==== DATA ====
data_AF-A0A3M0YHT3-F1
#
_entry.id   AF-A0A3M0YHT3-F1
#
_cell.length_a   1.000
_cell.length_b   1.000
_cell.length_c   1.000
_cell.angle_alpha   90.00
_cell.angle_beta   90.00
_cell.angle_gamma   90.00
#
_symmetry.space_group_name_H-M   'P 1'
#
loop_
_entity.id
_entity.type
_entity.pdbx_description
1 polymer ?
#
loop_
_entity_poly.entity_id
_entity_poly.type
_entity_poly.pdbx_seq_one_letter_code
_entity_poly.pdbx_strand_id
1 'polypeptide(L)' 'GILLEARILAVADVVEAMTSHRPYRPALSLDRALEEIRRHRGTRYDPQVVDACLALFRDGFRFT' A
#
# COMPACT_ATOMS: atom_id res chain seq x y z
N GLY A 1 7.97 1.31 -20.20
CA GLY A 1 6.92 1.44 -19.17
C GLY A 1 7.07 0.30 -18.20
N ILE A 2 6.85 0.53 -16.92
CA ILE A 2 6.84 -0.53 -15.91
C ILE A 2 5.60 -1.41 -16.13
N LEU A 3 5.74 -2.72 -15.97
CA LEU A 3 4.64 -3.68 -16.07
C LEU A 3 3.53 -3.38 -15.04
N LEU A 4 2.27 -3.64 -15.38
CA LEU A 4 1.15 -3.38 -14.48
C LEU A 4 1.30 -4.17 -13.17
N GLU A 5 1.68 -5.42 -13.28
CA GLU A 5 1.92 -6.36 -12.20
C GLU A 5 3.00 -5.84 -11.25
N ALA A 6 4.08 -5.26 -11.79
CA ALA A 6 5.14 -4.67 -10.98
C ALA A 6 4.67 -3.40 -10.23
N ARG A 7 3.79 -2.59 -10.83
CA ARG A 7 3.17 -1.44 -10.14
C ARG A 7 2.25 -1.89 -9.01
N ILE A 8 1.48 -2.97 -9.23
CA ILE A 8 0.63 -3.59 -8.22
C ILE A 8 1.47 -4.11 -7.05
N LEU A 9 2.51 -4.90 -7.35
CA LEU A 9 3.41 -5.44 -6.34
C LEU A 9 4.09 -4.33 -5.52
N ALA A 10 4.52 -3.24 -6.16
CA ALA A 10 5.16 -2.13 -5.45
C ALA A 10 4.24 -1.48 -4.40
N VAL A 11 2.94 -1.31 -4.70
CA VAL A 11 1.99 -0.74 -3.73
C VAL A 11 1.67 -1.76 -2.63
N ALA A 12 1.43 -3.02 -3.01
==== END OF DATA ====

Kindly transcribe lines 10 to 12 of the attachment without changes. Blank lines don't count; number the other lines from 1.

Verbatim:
_cell.angle_gamma   90.00
#
_symmetry.space_group_name_H-M   'P 1'